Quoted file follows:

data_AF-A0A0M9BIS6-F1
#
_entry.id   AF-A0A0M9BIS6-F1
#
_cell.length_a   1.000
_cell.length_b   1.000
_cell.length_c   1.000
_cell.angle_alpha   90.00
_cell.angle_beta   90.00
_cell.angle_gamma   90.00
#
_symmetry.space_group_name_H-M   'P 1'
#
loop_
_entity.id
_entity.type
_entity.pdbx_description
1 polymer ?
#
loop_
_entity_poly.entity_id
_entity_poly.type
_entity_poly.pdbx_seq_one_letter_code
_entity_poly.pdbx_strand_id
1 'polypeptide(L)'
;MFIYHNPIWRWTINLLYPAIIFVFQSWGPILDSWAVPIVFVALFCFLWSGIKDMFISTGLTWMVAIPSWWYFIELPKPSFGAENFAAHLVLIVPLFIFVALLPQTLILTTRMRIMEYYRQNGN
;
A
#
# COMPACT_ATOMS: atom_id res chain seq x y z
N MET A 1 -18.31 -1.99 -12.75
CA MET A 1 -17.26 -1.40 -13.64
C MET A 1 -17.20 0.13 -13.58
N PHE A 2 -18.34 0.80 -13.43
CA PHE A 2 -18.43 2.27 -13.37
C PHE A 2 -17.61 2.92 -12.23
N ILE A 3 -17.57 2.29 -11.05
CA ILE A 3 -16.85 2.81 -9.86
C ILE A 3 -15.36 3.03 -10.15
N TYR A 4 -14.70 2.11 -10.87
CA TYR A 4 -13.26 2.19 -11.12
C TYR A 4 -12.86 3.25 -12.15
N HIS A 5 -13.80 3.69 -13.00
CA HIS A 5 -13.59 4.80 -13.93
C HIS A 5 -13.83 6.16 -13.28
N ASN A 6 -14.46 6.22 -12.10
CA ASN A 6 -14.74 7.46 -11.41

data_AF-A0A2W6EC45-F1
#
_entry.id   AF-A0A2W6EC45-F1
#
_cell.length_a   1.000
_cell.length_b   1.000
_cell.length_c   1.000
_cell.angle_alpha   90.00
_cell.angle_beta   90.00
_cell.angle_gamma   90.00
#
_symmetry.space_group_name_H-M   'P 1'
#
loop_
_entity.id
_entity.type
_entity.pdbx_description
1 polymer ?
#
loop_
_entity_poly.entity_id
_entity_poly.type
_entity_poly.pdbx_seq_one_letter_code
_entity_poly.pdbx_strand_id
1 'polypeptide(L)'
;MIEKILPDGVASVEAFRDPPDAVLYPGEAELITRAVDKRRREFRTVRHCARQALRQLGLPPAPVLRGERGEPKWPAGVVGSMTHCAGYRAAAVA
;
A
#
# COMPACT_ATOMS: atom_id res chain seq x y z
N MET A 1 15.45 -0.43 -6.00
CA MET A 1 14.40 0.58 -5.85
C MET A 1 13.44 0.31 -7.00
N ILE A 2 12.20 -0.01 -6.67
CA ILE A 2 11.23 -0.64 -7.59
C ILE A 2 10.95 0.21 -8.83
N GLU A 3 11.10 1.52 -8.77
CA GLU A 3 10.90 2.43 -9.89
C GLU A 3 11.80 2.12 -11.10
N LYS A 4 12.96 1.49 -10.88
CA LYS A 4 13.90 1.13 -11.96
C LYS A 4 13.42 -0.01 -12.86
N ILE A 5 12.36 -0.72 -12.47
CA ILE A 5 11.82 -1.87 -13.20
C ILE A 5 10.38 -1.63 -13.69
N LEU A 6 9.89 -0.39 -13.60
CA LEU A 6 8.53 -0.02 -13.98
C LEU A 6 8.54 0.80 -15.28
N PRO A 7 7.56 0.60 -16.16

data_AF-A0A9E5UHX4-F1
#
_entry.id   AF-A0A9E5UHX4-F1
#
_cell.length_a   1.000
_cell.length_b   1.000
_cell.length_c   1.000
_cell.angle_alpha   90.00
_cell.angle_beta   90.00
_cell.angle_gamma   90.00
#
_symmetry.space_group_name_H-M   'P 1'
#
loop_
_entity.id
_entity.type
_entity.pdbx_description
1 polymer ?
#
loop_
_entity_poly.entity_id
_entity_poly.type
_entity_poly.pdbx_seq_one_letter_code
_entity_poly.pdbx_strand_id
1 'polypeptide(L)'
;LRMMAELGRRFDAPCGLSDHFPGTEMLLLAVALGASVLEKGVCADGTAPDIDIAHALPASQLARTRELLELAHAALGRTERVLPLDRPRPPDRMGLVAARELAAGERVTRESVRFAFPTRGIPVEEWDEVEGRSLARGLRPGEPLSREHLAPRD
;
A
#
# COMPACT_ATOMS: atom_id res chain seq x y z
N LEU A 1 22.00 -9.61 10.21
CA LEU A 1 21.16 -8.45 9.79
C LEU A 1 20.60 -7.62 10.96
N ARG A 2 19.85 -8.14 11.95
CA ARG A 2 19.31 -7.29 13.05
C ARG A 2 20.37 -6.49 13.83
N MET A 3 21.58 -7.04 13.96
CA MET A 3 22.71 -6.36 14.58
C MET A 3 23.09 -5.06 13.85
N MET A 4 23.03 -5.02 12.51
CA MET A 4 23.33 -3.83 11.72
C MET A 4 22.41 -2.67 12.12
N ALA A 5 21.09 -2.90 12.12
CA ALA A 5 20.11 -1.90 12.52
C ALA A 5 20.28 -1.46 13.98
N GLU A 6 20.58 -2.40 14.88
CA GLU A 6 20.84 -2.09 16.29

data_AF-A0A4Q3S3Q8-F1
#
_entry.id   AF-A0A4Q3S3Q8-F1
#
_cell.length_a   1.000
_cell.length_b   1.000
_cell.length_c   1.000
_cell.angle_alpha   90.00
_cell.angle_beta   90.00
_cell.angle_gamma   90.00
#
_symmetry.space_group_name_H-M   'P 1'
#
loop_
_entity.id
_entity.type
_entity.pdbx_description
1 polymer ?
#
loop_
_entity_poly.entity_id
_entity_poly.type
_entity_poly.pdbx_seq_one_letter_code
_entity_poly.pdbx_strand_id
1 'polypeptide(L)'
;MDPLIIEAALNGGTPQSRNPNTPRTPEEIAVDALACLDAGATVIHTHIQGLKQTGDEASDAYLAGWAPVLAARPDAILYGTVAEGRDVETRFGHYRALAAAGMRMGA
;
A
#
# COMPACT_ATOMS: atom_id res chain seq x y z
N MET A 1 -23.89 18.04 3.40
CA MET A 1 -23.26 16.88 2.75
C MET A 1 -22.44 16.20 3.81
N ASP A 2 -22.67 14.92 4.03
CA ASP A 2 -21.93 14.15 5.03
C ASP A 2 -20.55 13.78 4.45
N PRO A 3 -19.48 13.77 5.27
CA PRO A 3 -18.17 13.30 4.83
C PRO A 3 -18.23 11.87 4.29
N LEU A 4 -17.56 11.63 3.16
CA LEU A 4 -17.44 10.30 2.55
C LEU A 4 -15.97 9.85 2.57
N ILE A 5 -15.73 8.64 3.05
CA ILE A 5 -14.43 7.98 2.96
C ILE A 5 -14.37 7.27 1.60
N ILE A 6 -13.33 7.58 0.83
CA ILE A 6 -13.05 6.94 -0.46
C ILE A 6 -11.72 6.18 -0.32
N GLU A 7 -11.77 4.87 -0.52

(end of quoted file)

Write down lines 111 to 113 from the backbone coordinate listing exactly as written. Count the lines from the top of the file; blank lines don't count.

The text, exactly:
_entity.id
_entity.type
_entity.pdbx_description